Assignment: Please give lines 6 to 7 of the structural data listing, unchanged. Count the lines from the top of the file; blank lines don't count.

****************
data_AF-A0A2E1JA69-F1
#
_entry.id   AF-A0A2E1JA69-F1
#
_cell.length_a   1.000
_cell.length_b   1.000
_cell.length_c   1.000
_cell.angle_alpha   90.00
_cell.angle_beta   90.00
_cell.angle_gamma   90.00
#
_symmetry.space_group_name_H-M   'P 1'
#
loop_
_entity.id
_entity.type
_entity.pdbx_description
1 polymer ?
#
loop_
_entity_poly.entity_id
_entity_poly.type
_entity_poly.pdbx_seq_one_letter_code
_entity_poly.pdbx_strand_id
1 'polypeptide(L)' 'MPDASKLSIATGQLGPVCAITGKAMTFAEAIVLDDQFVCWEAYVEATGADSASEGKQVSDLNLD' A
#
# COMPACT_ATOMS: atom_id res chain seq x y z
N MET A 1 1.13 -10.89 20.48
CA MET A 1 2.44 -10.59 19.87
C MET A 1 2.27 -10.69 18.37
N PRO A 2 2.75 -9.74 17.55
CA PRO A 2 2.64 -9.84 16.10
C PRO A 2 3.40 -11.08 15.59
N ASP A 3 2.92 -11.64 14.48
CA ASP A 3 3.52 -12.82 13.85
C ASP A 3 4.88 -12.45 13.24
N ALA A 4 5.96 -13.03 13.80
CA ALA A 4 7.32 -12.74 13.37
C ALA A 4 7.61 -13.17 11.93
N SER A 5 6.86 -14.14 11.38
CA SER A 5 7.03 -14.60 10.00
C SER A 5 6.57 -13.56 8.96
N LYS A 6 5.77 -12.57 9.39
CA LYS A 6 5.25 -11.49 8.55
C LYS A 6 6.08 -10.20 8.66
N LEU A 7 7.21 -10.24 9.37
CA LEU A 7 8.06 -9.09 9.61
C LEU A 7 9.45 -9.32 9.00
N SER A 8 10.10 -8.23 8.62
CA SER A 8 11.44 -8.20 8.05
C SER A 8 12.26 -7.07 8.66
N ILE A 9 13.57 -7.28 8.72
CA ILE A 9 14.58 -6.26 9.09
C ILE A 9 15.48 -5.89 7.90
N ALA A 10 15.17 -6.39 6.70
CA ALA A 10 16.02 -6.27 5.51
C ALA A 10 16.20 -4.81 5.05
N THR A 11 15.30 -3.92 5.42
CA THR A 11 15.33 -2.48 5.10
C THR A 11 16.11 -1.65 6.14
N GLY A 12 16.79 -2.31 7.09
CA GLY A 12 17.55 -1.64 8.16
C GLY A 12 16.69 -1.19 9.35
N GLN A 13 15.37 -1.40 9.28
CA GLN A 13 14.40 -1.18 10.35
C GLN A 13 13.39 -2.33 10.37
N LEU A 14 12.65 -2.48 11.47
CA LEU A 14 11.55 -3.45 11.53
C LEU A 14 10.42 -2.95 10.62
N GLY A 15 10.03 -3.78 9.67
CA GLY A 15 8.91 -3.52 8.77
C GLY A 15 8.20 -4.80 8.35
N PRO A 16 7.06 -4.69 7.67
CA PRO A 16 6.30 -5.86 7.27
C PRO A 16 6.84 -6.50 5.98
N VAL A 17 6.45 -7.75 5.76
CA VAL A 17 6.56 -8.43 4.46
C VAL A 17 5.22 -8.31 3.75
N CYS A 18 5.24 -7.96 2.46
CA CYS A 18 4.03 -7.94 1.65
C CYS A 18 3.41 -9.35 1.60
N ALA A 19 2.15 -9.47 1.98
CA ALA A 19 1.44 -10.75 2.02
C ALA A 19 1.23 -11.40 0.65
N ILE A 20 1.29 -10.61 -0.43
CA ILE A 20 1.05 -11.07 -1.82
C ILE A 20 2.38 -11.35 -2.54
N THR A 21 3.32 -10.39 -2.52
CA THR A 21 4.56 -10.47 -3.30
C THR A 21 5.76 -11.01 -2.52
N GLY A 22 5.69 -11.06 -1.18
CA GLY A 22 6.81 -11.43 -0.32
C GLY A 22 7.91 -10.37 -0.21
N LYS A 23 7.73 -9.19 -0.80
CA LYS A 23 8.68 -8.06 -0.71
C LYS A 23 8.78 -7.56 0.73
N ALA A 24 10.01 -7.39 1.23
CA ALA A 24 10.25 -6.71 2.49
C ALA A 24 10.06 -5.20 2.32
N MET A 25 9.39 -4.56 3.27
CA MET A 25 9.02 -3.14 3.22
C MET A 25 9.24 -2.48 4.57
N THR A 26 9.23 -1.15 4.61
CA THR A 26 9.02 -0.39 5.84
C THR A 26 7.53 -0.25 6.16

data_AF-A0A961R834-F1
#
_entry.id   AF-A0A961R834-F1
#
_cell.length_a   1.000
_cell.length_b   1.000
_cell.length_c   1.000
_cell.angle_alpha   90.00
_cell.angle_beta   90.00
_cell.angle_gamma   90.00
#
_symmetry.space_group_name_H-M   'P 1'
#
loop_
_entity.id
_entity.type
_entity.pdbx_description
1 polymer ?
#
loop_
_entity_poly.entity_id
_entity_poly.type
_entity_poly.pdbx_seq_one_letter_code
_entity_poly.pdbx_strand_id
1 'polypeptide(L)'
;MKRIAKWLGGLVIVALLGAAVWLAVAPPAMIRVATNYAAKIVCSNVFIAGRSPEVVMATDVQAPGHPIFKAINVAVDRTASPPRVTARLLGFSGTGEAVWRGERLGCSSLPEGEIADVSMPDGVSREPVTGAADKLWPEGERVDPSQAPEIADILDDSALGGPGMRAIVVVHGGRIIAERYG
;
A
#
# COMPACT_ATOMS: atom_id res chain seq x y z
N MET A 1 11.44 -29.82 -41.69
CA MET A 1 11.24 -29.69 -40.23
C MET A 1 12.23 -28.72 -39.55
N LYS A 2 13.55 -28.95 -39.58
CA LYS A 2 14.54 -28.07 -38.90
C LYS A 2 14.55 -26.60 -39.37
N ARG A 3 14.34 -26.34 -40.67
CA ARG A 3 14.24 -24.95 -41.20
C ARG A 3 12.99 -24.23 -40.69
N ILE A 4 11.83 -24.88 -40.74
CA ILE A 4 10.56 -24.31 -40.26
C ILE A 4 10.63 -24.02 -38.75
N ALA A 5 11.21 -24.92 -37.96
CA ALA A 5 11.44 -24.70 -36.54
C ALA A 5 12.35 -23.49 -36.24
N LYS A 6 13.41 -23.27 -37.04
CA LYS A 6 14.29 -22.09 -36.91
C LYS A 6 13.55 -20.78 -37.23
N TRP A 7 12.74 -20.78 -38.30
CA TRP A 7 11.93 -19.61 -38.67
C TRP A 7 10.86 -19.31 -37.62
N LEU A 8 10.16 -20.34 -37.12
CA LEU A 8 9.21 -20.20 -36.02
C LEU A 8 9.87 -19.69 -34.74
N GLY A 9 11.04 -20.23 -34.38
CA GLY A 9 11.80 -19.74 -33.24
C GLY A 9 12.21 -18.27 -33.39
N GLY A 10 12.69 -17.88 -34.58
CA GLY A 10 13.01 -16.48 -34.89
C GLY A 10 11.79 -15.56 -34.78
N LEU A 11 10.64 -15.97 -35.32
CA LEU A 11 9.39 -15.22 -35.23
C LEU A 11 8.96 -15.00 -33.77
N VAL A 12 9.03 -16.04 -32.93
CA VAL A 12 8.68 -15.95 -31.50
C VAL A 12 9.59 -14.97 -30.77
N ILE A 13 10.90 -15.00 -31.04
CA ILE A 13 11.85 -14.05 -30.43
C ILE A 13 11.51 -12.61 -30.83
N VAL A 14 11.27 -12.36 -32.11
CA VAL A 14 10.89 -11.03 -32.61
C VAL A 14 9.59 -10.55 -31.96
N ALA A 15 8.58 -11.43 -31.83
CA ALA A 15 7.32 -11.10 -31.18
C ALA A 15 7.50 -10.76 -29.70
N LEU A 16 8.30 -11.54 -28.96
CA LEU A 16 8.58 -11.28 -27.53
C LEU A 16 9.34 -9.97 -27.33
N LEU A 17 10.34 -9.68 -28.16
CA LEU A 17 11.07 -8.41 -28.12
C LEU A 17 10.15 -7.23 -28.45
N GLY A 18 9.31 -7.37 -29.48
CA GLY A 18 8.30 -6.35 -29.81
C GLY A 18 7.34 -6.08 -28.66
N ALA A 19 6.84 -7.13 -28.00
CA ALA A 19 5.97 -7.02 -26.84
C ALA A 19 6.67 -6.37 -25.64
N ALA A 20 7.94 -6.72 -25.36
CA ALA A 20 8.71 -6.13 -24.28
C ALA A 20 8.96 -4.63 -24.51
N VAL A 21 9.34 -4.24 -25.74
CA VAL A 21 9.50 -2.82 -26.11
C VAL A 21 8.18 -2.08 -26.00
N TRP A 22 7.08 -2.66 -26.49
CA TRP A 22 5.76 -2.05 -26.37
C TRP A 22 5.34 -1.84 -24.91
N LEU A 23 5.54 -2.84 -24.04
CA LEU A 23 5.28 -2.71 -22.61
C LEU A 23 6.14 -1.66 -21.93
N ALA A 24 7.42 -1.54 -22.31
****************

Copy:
_cell.length_b   1.000
_cell.length_c   1.000